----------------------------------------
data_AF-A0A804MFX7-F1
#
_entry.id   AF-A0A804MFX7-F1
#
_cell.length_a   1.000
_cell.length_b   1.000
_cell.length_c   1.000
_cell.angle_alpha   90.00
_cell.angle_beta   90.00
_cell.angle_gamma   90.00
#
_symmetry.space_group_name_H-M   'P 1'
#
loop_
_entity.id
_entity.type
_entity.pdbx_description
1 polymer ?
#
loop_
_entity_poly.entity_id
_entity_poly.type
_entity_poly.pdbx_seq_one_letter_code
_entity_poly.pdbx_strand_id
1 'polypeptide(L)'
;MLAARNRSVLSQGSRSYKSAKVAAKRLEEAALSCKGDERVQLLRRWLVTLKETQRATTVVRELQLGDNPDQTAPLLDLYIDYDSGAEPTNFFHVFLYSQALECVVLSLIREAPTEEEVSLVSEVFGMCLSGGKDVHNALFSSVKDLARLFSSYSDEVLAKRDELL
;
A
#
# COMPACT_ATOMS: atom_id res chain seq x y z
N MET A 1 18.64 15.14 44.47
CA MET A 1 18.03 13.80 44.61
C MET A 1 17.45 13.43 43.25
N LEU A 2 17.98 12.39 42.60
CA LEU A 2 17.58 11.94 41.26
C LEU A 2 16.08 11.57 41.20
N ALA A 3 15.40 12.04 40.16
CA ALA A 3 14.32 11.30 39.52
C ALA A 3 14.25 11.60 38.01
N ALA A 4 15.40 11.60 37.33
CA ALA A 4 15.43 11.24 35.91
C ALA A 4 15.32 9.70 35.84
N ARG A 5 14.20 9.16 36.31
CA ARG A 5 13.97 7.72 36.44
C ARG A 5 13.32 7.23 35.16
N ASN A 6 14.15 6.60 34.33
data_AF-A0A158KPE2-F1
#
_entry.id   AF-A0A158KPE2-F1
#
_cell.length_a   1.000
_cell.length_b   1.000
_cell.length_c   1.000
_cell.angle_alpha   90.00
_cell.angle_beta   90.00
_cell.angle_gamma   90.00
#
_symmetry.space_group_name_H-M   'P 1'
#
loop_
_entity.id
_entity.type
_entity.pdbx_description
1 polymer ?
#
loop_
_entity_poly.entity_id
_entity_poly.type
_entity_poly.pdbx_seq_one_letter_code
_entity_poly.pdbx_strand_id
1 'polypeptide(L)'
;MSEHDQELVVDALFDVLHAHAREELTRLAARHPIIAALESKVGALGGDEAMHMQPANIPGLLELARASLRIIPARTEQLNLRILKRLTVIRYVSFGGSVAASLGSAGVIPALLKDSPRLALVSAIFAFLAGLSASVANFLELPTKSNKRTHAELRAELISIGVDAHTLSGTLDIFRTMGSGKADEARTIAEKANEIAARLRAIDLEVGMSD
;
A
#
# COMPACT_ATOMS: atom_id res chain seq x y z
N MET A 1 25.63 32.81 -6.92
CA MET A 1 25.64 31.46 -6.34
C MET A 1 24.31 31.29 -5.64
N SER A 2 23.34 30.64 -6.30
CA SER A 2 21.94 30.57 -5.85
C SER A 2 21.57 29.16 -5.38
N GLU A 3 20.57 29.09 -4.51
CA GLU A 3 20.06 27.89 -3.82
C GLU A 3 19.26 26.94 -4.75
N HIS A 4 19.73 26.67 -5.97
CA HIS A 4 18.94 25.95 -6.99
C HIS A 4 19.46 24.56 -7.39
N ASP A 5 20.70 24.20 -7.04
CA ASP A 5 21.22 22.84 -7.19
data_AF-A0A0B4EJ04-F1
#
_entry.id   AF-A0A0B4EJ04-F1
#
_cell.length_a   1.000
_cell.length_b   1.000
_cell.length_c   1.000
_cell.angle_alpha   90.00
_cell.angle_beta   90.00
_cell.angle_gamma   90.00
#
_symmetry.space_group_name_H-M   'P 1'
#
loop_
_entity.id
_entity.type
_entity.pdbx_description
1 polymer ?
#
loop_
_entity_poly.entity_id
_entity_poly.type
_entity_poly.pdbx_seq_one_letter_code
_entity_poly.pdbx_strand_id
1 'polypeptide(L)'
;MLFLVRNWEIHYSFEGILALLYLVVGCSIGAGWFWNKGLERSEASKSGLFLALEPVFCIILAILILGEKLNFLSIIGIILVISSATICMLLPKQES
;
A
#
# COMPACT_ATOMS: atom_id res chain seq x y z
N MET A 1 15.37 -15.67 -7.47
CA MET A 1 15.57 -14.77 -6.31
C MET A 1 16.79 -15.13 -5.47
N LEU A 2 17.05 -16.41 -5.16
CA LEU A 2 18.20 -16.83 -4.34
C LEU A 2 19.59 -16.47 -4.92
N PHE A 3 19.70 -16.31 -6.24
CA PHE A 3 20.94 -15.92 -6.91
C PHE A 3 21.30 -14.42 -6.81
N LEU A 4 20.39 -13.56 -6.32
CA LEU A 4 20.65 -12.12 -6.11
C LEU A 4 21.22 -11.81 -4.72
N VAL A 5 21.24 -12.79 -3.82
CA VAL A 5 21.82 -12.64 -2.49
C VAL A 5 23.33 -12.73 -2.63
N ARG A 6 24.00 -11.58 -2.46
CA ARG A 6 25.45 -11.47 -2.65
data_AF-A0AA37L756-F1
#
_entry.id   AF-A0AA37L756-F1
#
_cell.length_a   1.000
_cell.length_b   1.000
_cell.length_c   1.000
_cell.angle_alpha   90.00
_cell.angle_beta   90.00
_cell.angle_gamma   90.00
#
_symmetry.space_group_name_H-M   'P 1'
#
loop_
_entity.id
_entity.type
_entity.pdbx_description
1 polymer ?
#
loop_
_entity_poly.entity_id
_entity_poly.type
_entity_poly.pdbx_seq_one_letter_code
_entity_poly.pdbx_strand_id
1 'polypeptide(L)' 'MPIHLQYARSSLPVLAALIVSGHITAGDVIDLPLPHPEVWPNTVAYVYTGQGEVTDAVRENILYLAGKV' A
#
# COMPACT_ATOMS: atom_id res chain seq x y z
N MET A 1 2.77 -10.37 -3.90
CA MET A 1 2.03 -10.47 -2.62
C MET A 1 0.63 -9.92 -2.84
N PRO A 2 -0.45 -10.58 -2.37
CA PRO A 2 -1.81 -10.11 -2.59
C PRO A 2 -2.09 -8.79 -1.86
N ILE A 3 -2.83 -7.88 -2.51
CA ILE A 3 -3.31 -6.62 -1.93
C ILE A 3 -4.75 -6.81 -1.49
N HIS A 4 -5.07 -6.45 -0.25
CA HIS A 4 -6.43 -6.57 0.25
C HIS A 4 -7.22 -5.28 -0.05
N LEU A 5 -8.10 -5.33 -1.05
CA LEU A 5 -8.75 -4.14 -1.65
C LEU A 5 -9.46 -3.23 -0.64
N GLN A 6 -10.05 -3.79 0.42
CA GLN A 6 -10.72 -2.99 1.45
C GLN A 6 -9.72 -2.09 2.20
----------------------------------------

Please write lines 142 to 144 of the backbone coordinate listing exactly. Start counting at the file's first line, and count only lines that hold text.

_cell.length_a   1.000
_cell.length_b   1.000
_cell.length_c   1.000